Donald Trump disavows 'alt-right' supporters

Trump reacts to a crowd gathered in the lobby of the New York Times building after a meeting in New York, Nov 22, 2016.
Trump reacts to a crowd gathered in the lobby of the New York Times building after a meeting in New York, Nov 22, 2016.PHOTO: REUTERS

Donald Trump has repudiated the fringe "alt-right" group that celebrated his election win with Nazi salutes.

"I don't want to energise the group, and I disavow the group," Mr Trump told a group of New York Times reporters and columnists during a meeting at the newspaper's headquarters in New York on Tuesday (Nov 22).

"It's not a group I want to energise, and if they are energised, I want to look into it and find out why," he added.

Alt-right supporters were filmed on Saturday in Washington, DC cheering, said the BBC, as a speaker shouted: "Hail Trump."

In the video, Mr Richard Spencer, a leader of the "alt-right" movement, told a conference of members that America belongs to white people, whom he described as "children of the sun".

He denounced the movement's critics as "the most despicable creatures who ever walked the planet".

"Hail Trump, hail our people, hail victory!" Mr Spencer shouts at one point as some members of the audience raise their arms in the Nazi salute.

Mr Trump offered up the condemnation of the alt-right, a far-right political movement rife with white nationalist, anti-Semitic and racist ideologies, after New York Times executive editor Dean Baquet asked Mr Trump whether he felt he did things to energise the alt-right, reported CNN.

White supremacists consistently expressed their support for Mr Trump during the presidential campaign - pointing in part to his hardline positions on immigration - and critics contended that Mr Trump was too slow to reject the support of those groups during his campaign.

Mr Trump also took flak recently after he tapped his campaign chief executive Steve Bannon to be one of his top two advisers in the White House. Mr Bannon, the former executive chairman of Breitbart News, touted the website as "the platform for the alt-right".

Mr Bannon rejected the anti-Semitic and racist elements of the alt-right in an interview with the Wall Street Journal this week and declared himself an "economic nationalist".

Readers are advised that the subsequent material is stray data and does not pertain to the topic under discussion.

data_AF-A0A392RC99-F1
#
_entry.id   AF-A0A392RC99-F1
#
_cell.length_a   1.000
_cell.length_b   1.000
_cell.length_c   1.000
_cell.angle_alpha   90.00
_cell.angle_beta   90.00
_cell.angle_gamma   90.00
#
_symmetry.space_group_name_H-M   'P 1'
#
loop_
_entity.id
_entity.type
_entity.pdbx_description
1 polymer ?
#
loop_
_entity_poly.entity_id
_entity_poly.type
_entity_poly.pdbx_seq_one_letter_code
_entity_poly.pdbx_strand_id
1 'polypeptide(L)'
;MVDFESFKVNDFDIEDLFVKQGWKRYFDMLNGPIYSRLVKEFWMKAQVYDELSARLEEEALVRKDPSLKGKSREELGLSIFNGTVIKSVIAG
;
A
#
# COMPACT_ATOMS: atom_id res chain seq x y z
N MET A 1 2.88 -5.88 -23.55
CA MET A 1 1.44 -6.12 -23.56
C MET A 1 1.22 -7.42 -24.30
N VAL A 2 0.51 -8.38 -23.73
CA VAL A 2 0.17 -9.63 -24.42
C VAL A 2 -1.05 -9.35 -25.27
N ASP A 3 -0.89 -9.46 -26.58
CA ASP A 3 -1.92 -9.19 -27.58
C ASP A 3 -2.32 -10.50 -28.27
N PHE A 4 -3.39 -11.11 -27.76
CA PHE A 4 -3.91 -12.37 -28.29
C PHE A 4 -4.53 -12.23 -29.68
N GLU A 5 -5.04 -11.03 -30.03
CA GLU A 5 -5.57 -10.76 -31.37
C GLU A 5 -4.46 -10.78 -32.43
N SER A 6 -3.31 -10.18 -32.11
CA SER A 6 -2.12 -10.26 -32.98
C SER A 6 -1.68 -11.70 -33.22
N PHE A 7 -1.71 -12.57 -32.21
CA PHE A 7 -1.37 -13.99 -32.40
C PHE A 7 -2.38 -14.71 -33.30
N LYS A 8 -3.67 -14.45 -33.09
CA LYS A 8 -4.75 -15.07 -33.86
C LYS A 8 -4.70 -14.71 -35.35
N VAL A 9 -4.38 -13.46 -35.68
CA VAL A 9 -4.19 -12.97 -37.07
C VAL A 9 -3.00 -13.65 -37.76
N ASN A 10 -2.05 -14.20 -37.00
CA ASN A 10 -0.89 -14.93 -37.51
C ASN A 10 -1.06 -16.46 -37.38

Mr Trump defended Mr Bannon in his New York Times meeting, saying that he's known him for "a long time" and that the allegations of anti-Semitism and connections to the alt-right are "not him".

"If I thought he was racist, or 'alt-right'... I wouldn't even think about hiring him," CNN reported Mr Trump as saying on Tuesday.

The gathering on Saturday drew protesters who blocked traffic around the Ronald Reagan Building, a federally owned conference centre in the nation's capital.

German Chancellor Angela Merkel expressed concern on Tuesday that Mr Trump's election victory could give succour to white supremacists.

A senior official close to her described the "Hail Trump" video as "repulsive and worrying", the BBC said.

In Mr Trump's interview with the New York Times he addressed a range of topics:

- Son-in-law Jared Kushner, a Jewish real estate heir who has no experience in diplomacy, could help forge peace between Israel and Palestinians, he suggested;

- The US should not be a "nation-builder" in the world, he argued;

- Republican leaders Paul Ryan and Mitch McConnell "love" him again, he asserted;

- He could run his business and the country both "perfectly" with no conflict of interest;

- There is some "connectivity" between human activity and climate change.

Earlier on Tuesday,  Mr Trump's spokesman said he would not follow up on a campaign pledge to pursue a further inquiry into Mrs Hillary Clinton's e-mails.

His adviser said the President-elect would not appoint a special prosecutor to investigate the former secretary of state, and dropping the matter would help her "heal".

Later, Mr Trump was quoted as telling the New York Times: "I don't want to hurt the Clintons, I really don't. She went through a lot and suffered greatly in many different ways."